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Saturday, February 27, 2010

Tips and Tricks

of a moderately prolific writer.

Social Networks

by Ann Lethbridge

We are always hearing that a new social network is the place to be. How can a writer who want to produce lots of books keep up with all that? And do you need to?

But can you afford not to?

It is a conundrum. An author wants to do her bit to promote her books.

And it is not just the social sites like facebook, myspace, goodreads, etc., there are your publisher sites, like E-harlequin, Mills and Boon Community, Casablanca Authors, and oh my goodness they have social sites on facebook etc too. And if you are like me and you write under more than one name, you can times all of them by two.

After scrambling madly for a while to be in all places at once, I decided that it is readers who I want to contact, and my websites are the key. I know they find me there, because those websites appear on every site and they send me letters through the site email.

But how to cover off everything else. Will I be missing people if I don't facebook etc? An important part of my website is the link to my blog, http://www.regencyramble.blogspot.com. This is where my alta egos come together as one. This is where I update information weekly, where as the websites are say once a month. And bliss.... I can link my blog (via an RSS feed) to most social sites including twitter. It may seem like cheating, but anything anyone wants to know about me as a writer goes on my blog. If readers find me in both places, they are quickly going to decide where they prefer to meet me. "Do it once" is my new motto. Since the social sites connect to my email, if anyone comments, I can quickly go and respond right away. And if I want to see what other people are doing, then I can visit those sites at my leisure.

I do visit the forums on my publishers' website too, once a week, or more, if something special is going on, but I have time, because I have all the other sites pretty well covered.

Do those sites bring in new readers? I have no idea. The jury is still out. But this is one way you can keep your toe in the water without drowning and keep the words flowing onto the page.

I hope you find something here that helps you and feel feel to friend me at your favourite social site.

Oh, and the picture above? My next book coming out with Harlequin on May 1. Wicked Rake, Defiant Mistress by Ann Lethbridge.


Susan Macatee said...

Great cover, Ann!

I'm in the dilemma of being published by a small e-book publisher, trying to get my name out to as many places as I can to hopefully pull in readers.

Have to limit myself, though, or I won't have any time to actually write. LOL.

Ann Lethbridge said...

Susan, It really is a fine line between how much is too much and what is not enough, isn't it.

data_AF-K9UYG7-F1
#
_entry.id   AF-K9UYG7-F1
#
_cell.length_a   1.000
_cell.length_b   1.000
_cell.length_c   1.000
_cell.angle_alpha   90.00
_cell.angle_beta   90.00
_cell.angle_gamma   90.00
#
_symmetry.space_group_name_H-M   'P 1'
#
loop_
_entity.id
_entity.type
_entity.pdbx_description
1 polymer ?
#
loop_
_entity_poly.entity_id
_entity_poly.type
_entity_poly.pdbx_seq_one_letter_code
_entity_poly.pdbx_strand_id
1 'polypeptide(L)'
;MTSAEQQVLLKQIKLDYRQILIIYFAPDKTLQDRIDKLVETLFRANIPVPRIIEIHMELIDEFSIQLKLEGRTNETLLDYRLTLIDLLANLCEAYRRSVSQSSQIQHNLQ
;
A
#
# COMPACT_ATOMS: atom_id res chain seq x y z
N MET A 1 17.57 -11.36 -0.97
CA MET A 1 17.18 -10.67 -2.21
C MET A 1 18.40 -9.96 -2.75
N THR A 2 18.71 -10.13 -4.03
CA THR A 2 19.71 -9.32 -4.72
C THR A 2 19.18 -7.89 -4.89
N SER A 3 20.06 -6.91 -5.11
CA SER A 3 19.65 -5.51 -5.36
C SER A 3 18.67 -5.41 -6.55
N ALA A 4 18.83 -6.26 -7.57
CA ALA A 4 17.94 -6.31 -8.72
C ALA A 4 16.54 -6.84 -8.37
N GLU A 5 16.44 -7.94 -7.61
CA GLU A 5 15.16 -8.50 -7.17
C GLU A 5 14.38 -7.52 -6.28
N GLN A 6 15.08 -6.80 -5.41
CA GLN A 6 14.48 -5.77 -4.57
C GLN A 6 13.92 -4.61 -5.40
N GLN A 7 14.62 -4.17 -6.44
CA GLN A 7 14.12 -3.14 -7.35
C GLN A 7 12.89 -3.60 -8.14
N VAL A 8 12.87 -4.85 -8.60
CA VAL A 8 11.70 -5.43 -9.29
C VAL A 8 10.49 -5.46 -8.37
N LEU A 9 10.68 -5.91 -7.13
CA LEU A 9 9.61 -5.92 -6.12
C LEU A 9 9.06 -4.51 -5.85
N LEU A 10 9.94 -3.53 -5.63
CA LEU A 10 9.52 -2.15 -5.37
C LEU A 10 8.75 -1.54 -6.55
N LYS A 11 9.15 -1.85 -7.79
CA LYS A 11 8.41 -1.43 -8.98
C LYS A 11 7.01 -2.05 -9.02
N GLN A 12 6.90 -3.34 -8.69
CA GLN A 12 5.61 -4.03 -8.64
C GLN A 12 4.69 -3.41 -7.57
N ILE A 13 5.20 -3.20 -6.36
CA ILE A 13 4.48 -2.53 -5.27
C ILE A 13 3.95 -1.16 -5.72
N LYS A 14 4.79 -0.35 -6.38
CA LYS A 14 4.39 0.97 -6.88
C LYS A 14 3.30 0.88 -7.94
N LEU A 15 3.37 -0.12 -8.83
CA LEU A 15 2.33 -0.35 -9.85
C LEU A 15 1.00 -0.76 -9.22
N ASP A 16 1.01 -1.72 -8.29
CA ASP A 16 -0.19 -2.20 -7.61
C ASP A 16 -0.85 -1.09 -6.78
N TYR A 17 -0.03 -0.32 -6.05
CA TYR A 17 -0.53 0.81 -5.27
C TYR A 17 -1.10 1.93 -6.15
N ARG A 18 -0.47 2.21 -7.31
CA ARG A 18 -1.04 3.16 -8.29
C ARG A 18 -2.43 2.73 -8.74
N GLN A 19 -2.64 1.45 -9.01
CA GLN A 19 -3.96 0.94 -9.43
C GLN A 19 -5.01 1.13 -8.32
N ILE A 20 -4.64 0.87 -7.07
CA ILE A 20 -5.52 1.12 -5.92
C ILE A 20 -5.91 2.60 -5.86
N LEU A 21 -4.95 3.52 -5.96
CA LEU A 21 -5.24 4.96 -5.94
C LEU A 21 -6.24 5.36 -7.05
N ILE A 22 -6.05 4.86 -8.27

Kathryn Albright said...

Beautiful cover, Ann!

I like the way Bilbo said it (Tolkien) when he was trying to finish his book There and Back Again and he was pulled in so many directions "like butter spread across too much bread..." How true it is! And all the social sites take so much time away from the actual writing.

Thanks for your take on how you handle this particular challenge!

Sally said...

Social networking is a new medium for an old necessity; marketing. I find that many sites I keep up with include many authors, some publishers and some agents but how to discern the readers? So many visit without leaving footprints how can we be sure what we're putting out is bringing in interest for readers?

I'd be interested in how others gauge reader interest beyond just site visitation.

Anonymous said...

Ann: you have just touched on the dilemma of the age. I find I more and more resent the time I give to the internet and social sites. It's time taken away from what I would rather be doing. I just signed a contract with a small press for my first book so this is a timely post for me.

Kim Swiderski said...

Hi Ann,love the blog.

I've been working in the social networks closely with Harlequin and can say that being out there where people can find you will help in sales of your book. It really does tempt the reader into trying your latest book. But more importantly, it can also cath the interest of new readers. So much of our lives are now spent online, it demands that authors trying to gain new fans must be there to be found.

Persoanlly as a reader, I love getting to know the author and their background. Social Networks let me get a glimpse of all the hard work that goes into each of their books. It helps make the author a real person and allows me to "see" them in their books.

Scott Eagan said...


You are so on the money with this one. Too often, I think writers spend more time on the "social media" side of things and less on improving the quality of their books. In the end, the result is seen in their writing.

Your picking and choosing where you market and where you don't has been very wise. The comment that you want to connect with the readers is right on the money.

Way to go Ann. Great post.